8th October 2016
The third and final part of Star Trek's fiftieth anniversary celebratory trilogy follows Kirk and his crew, and selected special guests, as they attempt to tie up the many problems that the last two books have raised.
Ultimately I suppose that is where this story suffers - it doesn't really have the chance to set up its own internal plot, but instead is left to put the toys back away. While this does lead to some interesting quite science fictiony concepts that get explored, it also drives a secondary plot which seems bolted on and doesn't seem to add much other than to delay the conclusion of the story. I also felt that some of the detail went over my head - whether because I missed something key or something key was missing - which meant that although I got the ending it wasn't entirely clear how or why we had got there.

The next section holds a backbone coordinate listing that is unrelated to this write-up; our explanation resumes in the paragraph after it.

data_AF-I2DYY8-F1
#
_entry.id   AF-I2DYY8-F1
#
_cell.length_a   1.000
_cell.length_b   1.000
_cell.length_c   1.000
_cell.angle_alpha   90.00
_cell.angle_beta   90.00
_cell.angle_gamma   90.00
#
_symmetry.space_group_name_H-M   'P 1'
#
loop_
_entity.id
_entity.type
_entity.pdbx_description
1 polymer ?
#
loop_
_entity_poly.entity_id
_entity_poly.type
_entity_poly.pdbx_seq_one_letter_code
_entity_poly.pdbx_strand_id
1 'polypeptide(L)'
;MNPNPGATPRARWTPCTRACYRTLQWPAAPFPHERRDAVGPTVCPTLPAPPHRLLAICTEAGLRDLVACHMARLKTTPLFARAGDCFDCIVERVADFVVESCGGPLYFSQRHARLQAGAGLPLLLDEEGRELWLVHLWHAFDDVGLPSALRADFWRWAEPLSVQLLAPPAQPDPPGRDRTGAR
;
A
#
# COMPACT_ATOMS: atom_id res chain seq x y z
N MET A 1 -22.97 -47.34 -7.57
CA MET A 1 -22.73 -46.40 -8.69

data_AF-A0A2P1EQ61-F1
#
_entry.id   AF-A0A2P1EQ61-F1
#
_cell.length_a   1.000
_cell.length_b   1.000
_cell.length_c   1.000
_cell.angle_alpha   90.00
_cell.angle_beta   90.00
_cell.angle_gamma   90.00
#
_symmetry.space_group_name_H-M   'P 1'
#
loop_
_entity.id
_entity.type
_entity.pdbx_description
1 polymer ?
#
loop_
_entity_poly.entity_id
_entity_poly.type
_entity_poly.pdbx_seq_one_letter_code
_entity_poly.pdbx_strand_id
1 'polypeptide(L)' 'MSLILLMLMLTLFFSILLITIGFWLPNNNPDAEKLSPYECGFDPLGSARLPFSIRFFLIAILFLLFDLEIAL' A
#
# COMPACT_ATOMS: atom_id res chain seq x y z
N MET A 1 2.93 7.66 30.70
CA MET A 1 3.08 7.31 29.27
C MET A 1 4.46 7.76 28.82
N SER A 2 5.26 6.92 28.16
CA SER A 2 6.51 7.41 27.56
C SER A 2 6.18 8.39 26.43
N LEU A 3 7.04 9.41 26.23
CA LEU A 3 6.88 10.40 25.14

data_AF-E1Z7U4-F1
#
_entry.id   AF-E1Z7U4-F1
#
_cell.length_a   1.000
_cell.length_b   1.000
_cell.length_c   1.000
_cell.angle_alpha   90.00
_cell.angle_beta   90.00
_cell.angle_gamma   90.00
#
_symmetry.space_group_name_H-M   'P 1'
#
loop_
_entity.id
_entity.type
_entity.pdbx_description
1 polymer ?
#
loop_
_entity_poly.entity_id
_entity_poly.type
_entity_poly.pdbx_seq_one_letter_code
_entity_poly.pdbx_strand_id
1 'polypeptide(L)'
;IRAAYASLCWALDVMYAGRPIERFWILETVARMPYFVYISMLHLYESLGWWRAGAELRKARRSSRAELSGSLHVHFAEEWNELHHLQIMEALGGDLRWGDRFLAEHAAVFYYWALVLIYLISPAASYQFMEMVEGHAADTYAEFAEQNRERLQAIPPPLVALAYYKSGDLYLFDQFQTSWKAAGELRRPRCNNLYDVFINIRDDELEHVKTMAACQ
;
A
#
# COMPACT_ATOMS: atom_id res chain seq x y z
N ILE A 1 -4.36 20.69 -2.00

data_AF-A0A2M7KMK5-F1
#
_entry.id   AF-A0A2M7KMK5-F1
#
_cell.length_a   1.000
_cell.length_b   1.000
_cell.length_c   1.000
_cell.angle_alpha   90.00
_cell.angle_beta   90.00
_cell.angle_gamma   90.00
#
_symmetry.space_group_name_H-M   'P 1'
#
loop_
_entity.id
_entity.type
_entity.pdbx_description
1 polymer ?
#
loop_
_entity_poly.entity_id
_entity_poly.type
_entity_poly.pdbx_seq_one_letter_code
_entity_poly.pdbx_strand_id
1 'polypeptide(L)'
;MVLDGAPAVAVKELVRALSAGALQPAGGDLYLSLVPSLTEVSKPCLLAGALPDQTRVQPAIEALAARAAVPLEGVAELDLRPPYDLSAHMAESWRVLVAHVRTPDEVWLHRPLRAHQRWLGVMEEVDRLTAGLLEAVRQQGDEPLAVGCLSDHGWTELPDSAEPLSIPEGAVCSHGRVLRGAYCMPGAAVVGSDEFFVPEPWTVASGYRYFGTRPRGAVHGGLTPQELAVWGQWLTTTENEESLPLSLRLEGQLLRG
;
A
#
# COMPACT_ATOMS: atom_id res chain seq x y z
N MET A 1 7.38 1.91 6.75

The characters didn't all feel quite as fleshed out as in the previous stories, and I didn't find them as engaging, particularly the special guests. It also felt in places like this novel had been written without an understanding of what was happening in the others, as several scenes have characters reflecting on having not done something before that they had only just done in the previous book.
Overall it did well at wrapping things up, but I don't think it was as strong as the other novels. Admittedly, I'm not really an Original Series fan and so might not be the target audience, but it hasn't done anything to make we want to pick up anything else from this era in the near future.